Plan B

One of my favourite television shows ever was “The Practice”. It was about a law firm and the discussion often showed the strategy that goes behind developing a court case.

They also had a “Plan B” to bring into play when it was necessary and the regular course of action wasn’t going to work.

As teachers, I think we all have a Plan B in our playbook.

It’s kept for those out of the ordinary events.

  • when half your class is dismissed early for an event – play, sports travel, etc.
  • when you leave early for an event – play, sports travel, etc.
  • when the technology that you’re planning to use fails or is not available
  • when you’re sick and you can’t send in a regular lesson
  • and I’m sure that you could add your own

I can remember in high school when the big blizzard hit and buses were cancelled for days. We town kids went into school to see what school without the bused kids would be like. Rather than being allowed to roam the halls, we were all herded up and sent to the gym. Phys Ed classes were doing square dancing at the time and it became our Plan B.

In these COVID days and teaching at home, there may be another event to gum up the works – when your internet access fails.

Last week, I had blogged about a local elementary school teacher whose internet access had died and so she went and taught at a local Tim Horton’s parking lot glumming onto their free WIFI. Not to be outdone, Aviva Dunsiger had run into a similar circumstance and went remote herself, sharing her story here.

Kudos for the two of them pulling it off. As it would happen, I stumbled into a long-ish discussion from other educators about the situation as well. Thoughts included:

  • indeed using Tim Horton’s or any other place that offers WIFI to the public
  • tethering to their phone
  • parking in the school parking lot and using board WIFI
  • calling the school to let the principal know that they had no access and therefore she/he should go into the class and cancel/postpone it

The common theme was addressing the current issue at hand – getting online. Some folks are hesitant to run up data charges on their personal phone, some were equally as hesitant to use a commercial product for such a purpose, and some doubted that they could do more than 15 minutes or so in a car. It was interesting to see the discussion because I could empathize with all of the positions.

Tethering? Never tried it? Instructions to do the job can be found here:

At least, we live in a world where wireless internet can be had from a number of sources without too much effort. If we still lived in a world where we had to roll out a piece of 10BaseT to make it happen, everything would be completely different.

Driven by much of this is the stated desire from the Ministry to have face to face teaching online. It’s certainly desirable but desirable in a perfect world. Since a network outage is often short term, I’m sure that an assigned task would be prudent for those rough moments. Again, this past week, I had revised the concept of Hyperdocs and Webquests. I can’t help but think that, in additionally being pedagogically sound when created appropriately, that they would nicely fit as a Plan B when Plan A is temporarily unavailable.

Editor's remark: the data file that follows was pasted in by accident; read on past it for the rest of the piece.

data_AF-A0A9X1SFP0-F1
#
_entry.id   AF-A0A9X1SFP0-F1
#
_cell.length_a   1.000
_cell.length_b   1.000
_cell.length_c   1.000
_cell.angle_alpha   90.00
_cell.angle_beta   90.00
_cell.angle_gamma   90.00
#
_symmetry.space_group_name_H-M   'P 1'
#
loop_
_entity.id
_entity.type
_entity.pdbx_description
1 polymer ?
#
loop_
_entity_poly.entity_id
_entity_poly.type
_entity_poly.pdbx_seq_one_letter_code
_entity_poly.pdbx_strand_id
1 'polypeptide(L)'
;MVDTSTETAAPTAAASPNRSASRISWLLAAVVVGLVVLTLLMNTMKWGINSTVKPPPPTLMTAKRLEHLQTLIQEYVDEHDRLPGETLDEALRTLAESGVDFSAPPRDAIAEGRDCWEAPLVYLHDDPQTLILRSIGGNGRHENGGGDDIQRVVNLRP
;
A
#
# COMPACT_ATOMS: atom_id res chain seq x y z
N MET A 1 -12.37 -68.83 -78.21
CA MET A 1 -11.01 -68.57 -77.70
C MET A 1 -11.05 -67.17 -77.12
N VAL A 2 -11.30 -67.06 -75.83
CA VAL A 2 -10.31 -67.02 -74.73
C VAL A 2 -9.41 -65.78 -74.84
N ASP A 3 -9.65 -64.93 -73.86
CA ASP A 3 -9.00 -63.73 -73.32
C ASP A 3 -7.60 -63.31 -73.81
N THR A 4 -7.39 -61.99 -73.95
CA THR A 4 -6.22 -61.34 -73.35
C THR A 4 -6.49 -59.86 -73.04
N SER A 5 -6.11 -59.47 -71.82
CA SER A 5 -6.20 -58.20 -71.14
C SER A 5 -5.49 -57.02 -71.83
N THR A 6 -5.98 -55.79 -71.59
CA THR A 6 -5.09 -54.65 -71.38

Looking at things, I was quite surprised with the number of educators who had already had the lights out experience with their internet provider. That was in just Week 1. In southern Ontario, today starts Week 2 and 3 of remote teaching and learning. Will it be extended? But, the odds are that there may well be a few more people that will experience challenges in the next days. The cynic in me wonders if this was included in the mandatory online training that the Minister had indicated every teacher in the province had received in the fall.

Regardless, in education, these are the stories that end up showing teachers for the heroes that go above and beyond just to make it happen. May it never happen to you.

What about you, personally? Do you have a Plan B in place should the worst happen?


3 thoughts on “Plan B

  1. Good morning Doug!

    (I posted my Maple Dip Doughnut Report last night in yesterday’s comment section for the “Whatever Happened to …”)

    Being a teacher is a great profession to be in if you want to develop your skills in having a Plan B. I don’t know if the skill is called upon more frequently in the elementary panel than in the secondary panel (we typically teach a broader range of subjects for potentially shorter periods of time, so that may introduce an additional number of variables), but, as you know, teachers are always expected to go with the flow, roll with the punches, and find ways to make things work. It’s painfully clear that the mysteries of teaching are beyond the current Minister of Education’s comprehension, but he does certainly expect the front line folks to save his bacon on a moments notice, at the drop of a hat, and with nary a “Thank You” to be seen.

    My Cogeco Internet continued to be problematic over the weekend. I used my cellular connection last night for an ECOO Support Series meeting. I’ve got about an hour before my next meeting this morning so I next will be rebooting the router to see if that fixes the problems.Apparently Cogeco is continuing to have problems throughout Ontario. If it were just off all the time, I wouldn’t even try it, but it seems to fade in and out every 10 or 15 minutes which is really problematic and frustrating. Maybe I should drive up to the Tim Horton’s at the 10 Acre Truck Stop and use their Wi-Fi — and see if they have any Maple Dips?


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